Friday, March 29, 2019

What Can Italy Teach the Rest of the World About Health?

A version of the Epilogue of my upcoming book, Dottoressa: An American Doctor in Rome, has been published by The Local, an excellent online magazine that describes itself as "the largest English-language news network in Europe."  
Non-subscribers are supposed to be able to access my article free, hassle-free – if anyone has any trouble doing so, please let me know right away and I will post the entire text here at Stethoscope!!!
In its book review, Publishers Weekly happened to single out the Epilogue – which in the book is titled "A Moral, Or Three" – for praise: "A timely epilogue discusses the Affordable Care Act from her unique position as an American expat and an Italian physician, with Levenstein reflecting on how Italians, despite widespread dissatisfaction with their own health system, manage to live more healthily than Americans.”—Publishers Weekly

Wednesday, March 27, 2019

Warmth, depth and intellectual curiosity

Another nice pre-publication review for Dottoressa: An American Doctor in Rome, this time from Madeleine Johnson, a writer and neuroscientist who knows Italy super-well, having spent three decades here. Here's some of what she says in The American In Italia

"Levenstein’s anecdotal memoir — set for release in May — steers clear of the colonialist trope in which life among “friendly Italian natives” brings emotional and sensual liberation to the hidebound foreigner. Levenstein pulls back from that stereotypical brink by infusing her odyssey with warmth, depth and intellectual curiosity . . . as non-judgmental as it is intellectually acute. She also extracts deeper lessons and delivers insights into how societies and individuals heal and live. These come with laugh-aloud examples that deftly trace 50 years of changes . . .
"These days, hundreds of policy papers and newspaper editorials regularly debate competing claims of medical efficiency, patient care, cost-containment, and expanding reach. But none do so with Levenstein’s humor and sensitivity to the human condition. And they certainly don’t make it fun — never mind being able to set the story in the Eternal City." 

Saturday, March 23, 2019


drawing by Suzanne Dunaway
Italy’s fashion and restaurants belong in the First World, its bureaucracy in what was once called the Second World, its garbage collection—at least in Rome—squarely in the Third. In healthcare the dominant model is mixed: free but slightly shabby health care for all, and a private sector providing a luxury dusting of sugar on top.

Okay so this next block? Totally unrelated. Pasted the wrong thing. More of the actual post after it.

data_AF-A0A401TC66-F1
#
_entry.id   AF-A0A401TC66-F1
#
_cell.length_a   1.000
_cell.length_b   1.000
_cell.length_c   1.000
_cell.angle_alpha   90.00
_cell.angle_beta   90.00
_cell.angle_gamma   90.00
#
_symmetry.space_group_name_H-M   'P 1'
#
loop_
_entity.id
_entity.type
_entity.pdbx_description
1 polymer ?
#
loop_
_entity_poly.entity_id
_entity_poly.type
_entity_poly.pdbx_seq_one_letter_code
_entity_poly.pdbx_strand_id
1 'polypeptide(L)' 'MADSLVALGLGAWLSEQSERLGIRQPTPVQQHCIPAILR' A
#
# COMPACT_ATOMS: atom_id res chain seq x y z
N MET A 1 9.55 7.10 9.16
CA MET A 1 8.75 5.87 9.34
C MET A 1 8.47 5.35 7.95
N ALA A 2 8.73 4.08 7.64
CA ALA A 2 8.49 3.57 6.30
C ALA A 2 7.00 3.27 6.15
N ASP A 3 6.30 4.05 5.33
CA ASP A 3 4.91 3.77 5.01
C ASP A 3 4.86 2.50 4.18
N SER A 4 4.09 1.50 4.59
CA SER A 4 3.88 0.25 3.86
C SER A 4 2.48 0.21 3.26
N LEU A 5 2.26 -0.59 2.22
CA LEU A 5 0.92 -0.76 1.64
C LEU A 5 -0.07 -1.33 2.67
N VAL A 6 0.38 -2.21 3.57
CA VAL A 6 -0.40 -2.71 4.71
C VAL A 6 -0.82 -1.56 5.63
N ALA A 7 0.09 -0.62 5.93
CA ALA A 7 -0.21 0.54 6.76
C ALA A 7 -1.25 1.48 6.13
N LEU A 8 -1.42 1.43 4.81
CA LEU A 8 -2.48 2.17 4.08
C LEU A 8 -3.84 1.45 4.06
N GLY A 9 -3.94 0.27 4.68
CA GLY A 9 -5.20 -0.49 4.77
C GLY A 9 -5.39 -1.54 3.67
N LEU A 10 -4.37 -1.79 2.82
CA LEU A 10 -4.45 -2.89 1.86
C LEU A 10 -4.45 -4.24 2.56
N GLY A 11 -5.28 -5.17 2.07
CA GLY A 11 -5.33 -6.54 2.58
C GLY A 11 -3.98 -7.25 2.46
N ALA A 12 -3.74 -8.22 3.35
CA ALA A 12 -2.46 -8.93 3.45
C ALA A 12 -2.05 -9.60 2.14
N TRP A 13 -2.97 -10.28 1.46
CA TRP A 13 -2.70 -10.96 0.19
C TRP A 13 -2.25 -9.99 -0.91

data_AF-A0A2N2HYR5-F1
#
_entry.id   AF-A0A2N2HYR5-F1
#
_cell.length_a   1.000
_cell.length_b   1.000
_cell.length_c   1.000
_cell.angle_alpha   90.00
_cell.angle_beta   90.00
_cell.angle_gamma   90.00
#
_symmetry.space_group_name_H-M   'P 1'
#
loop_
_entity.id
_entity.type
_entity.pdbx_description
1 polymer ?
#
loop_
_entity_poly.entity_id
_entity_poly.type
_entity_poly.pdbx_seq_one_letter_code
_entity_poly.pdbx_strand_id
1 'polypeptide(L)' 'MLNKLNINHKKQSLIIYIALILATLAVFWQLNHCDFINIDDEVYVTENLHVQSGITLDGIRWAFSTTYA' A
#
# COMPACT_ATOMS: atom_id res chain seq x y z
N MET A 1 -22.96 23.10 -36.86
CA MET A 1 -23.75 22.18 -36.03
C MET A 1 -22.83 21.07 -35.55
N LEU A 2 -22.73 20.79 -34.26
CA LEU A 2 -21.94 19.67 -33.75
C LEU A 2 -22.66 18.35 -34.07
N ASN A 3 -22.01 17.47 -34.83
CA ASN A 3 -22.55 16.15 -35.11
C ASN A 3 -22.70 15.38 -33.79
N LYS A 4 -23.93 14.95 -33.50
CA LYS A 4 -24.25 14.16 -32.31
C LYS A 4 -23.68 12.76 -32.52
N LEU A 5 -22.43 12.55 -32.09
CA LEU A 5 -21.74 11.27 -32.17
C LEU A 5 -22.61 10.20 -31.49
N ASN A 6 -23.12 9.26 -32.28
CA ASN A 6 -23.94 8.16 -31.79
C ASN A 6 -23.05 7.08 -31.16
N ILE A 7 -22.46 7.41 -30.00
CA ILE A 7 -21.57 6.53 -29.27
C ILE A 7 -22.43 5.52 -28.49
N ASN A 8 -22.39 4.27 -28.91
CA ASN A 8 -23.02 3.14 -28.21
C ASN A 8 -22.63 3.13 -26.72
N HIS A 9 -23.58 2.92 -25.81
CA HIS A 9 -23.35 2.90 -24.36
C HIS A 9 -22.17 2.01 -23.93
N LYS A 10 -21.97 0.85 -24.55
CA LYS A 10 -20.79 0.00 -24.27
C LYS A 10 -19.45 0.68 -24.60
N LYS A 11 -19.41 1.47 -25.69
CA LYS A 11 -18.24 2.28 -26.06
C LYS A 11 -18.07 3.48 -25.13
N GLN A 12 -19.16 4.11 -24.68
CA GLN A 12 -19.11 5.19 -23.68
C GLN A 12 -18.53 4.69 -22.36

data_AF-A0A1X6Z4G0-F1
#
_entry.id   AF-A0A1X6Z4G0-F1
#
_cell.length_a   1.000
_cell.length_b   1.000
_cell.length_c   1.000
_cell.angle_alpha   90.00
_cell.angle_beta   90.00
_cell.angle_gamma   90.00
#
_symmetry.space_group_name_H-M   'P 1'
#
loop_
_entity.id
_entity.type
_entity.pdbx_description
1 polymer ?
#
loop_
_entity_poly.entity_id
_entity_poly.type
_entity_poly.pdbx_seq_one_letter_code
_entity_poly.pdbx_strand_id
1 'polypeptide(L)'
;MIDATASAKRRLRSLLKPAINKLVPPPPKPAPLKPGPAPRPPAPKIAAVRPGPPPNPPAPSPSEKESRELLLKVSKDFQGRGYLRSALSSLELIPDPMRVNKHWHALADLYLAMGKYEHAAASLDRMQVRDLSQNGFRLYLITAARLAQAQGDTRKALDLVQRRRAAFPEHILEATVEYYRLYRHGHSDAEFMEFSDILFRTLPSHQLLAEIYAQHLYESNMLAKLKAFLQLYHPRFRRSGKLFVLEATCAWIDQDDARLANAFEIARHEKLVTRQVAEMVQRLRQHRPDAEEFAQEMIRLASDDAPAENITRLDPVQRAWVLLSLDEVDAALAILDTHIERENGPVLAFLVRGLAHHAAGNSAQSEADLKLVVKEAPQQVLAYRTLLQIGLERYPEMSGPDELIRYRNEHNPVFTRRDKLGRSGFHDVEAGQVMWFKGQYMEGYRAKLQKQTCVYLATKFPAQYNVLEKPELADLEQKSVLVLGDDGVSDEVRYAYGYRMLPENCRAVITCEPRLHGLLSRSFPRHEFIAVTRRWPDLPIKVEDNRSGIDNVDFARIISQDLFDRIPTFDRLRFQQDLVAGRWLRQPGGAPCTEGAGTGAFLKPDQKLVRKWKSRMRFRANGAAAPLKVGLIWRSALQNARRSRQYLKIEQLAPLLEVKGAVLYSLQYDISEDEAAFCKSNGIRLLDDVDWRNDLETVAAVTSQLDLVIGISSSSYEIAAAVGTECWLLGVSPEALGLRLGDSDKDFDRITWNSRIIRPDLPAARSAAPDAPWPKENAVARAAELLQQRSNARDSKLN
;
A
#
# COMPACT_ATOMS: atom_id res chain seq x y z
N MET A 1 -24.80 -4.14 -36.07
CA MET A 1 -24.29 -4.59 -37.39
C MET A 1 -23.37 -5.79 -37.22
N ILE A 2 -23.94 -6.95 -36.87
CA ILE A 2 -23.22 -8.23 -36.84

A private doc is expected to hear you out, sift through your records, lay on hands, assign a diagnostic label, and prescribe a pageful of remedies. In short, enhance not just your health but your self-worth. At your National Health Service GP’s office you may stand in the hall two hours marking time; in a private waiting room you’ll be leafing through art books in a Le Corbusier chair.
I’ve had feet in both tracks of the system: the underfunded public side for doing research, and the flush private world for seeing patients. I caught on fast that being a leftist wouldn’t save me from the siren call of private medicine’s petty corruptions. When business is slow, economic self-interest can nudge you to bring the patient back in two weeks rather than four and to do an ECG that in a busier moment you might have skipped. When the schedule is packed you can be tempted to start cutting corners in your thoroughness, vigilance, and attention to detail. And however much you despise yourself for it, you treat Very Important Patients with kid gloves.
Private medicine has always been bigger in southern Italy than in the North, where the public system works. Back in the 1980s, the golden days of free spending, people would check into Rome’s private hospitals or cliniche for week-long tune-ups. Those posh wards were packed with healthy, wealthy Romans enjoying prods, needle sticks, and x-rays. Italian private medicine began to suffer in the 1990s, when the Clean Hands political corruption investigation shriveled the supply of illicit cash. Since then, the cliniche have struggled to fill their beds. Even if there weren’t a perennial economic crisis, there’s Europe and a steadily improving Italian National Health Service: why should you pay to stay in a private hospital when you can have world-class surgery at a public one, here or elsewhere in the European Union, for free?
Some private hospitals have fought back by making deals with the National Health Service, so public funds will cover the room and the operating suite while the patient pays the surgeon and the anesthesiologist.
Others keep afloat by stiffing their medical staff. Squeezed by an economic climate that leaves half their beds empty but eager to improve their competitive edge, some of Rome’s cliniche have plunged ahead with expensive renovation schemes despite a shortfall in ready cash, making up the difference by pocketing the money sent by insurance companies to cover doctors’ fees. At this moment I’ve been waiting a year and a half to get €550 for one patient’s brief hospitalization; a surgeon friend claims he’s owed €150,000.
But then nearly everybody scrambles to cobble together a living here, though watching the elegant figures parade down Rome streets you’d never know it. While I was building up my practice, funding my office rent by doing medical translations, I used to wait eight or ten months to be paid; my tax refund for 1987 came through in 1992. My musician husband may get his concert fee the same night, a year later, or never. Even a permanent full-time civil service job can’t be counted on for a steady income if, as I write, one of the public hospital docs in my office hasn’t been paid for six months. Thank heavens for the long-suffering Italian family, a surefire backup system guaranteed to ward off starvation.